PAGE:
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Bring On The Girl

Friday, December 11, 2015
By Deepa Gahlot

It’s almost the end of the year, two big films—Dilwale and Bajirao Mastani—coming up next week and then a break till early January. So it’s not too early to look back at the year gone by.

Over the last few years, Bollywood actresses are coming into their own; if the industry complaint was that female centric films don’t make money, the problem has been addressed somewhat with the commercial success of films in which the female lead had as big or a bigger part than the male. In a couple of rare cases, the actress also made more money than her co-star.

If 2014 was the year of Queen and Kangana Ranaut, then 2015 has to be the year of Deepika Padukone—with Piku, Tamasha and Bajirao Mastani keeping her at the top of the heap.  Her evolution as an actress has been remarkable, leaving her contemporaries struggling to keep up. She has that combination of beauty, talent, sophistication and a  good temperament that doesn’t come together too often. Not for male actors either—the best looking ones are not great actors, and these days almost every star wears his/her brattishness like a badge of honour. Deepika also won a lot of goodwill for speaking out about depression and making millions of ordinary people feel better about their condition. That she was really sorted about her personal life—not letting the break-up with Ranbir Kapoor affect her working relationship, and not allowing the romance with Ranvir Singh come in the way of her success—was an enviable feat of balance.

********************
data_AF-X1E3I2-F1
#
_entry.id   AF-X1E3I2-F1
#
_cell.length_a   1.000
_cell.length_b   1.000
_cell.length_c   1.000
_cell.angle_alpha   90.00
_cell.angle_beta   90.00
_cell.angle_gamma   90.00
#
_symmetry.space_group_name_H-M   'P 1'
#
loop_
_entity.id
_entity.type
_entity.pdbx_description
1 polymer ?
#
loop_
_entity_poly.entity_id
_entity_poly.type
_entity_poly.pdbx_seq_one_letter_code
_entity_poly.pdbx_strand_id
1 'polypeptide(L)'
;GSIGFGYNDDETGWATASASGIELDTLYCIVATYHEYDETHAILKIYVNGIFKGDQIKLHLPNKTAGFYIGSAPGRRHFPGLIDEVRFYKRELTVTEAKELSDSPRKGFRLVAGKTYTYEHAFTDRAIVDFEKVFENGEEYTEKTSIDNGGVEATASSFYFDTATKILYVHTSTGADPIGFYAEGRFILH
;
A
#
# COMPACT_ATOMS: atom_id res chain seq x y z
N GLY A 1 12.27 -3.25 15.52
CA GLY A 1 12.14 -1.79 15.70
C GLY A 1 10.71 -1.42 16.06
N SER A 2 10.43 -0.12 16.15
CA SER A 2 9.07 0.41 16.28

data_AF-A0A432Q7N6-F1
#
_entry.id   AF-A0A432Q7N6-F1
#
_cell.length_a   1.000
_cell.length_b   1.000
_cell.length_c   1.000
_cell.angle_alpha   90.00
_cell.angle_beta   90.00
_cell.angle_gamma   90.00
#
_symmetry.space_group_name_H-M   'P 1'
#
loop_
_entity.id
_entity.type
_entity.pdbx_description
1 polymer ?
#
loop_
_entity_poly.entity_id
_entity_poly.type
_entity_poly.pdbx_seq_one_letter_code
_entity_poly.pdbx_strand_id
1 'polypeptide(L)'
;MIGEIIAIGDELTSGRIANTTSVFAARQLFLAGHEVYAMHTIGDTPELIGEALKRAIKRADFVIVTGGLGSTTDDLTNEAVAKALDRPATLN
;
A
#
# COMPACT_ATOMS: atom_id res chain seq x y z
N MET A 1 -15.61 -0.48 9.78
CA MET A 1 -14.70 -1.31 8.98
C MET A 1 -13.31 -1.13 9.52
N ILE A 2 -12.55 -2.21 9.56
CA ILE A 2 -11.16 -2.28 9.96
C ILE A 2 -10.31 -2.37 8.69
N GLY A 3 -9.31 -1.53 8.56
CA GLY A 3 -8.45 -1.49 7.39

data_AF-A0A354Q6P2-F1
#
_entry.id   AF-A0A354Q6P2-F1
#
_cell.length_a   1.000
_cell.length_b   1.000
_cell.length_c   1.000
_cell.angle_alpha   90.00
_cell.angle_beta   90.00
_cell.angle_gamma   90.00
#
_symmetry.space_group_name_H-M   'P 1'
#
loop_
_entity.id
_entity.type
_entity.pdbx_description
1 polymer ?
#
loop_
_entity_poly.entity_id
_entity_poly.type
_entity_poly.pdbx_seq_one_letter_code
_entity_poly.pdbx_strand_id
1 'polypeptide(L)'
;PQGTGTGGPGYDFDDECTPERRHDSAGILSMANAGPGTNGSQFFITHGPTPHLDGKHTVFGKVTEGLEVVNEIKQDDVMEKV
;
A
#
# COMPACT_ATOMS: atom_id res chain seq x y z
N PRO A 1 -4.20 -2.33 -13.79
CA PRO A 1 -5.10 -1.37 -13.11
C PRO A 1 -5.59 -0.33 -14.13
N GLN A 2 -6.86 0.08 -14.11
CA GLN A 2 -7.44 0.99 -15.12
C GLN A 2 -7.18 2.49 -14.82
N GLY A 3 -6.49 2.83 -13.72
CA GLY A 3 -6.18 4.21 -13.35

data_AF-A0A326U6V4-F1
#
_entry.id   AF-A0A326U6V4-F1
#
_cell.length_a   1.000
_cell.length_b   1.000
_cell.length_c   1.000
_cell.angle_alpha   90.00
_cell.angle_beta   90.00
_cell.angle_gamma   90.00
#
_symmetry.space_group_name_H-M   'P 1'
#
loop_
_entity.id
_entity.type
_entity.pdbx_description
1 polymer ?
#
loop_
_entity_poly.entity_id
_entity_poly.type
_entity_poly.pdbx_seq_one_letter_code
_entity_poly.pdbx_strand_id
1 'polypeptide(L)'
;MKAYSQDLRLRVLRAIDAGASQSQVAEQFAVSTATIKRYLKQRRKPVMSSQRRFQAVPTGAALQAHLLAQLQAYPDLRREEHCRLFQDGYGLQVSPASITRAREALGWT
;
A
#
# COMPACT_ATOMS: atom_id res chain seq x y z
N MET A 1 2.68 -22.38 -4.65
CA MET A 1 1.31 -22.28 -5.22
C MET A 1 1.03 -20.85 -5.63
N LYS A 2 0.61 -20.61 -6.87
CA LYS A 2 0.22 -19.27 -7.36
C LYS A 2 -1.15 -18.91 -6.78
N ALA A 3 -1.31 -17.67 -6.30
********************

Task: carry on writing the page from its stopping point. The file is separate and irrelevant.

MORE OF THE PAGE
Deepika came into the industry with impeccable credentials—as the daughter of badminton star Prakash Padukone and very successful model—so she did not have to struggle. After one Kannada film (Aishwarya), she got her dream break opposite Shah Rukh Khan in Farah Khan’sOm Shanti Om, and that was all she needed as a calling card. In the beginning, it was her beauty and glamour that stood her in good stead. Films like Bachna Ae Haseeno and Chandni Chowk to China did not even require her to show any acting talent.  It was in Love Aaj Kal that a glimmer of her potential was glimpsed.

Films like Housefull, Kartik Calling Kartik, Lafangey Parinde, Break Ke Baad, Khelein Hum Je Jaan Se did nothing for her career.  Cocktail and Race 2 did well, but they were not exciting for an actress trying to impress with her talent.

The success of Yeh Jawaani Hai Deewani, Chennai Express and Goliyon Ki Rasleela Ram Leela helped her turn the corner and show that she could look great and act just as well too. These two, followed by  Finding Fanny, Happy New Year, Pikuand Tamasha sealed the deal—and made Deepika Padukone the most accomplished actress of her generation. Bajirao Mastani will only help strengthen her position, regardless of its fate at the box-office.

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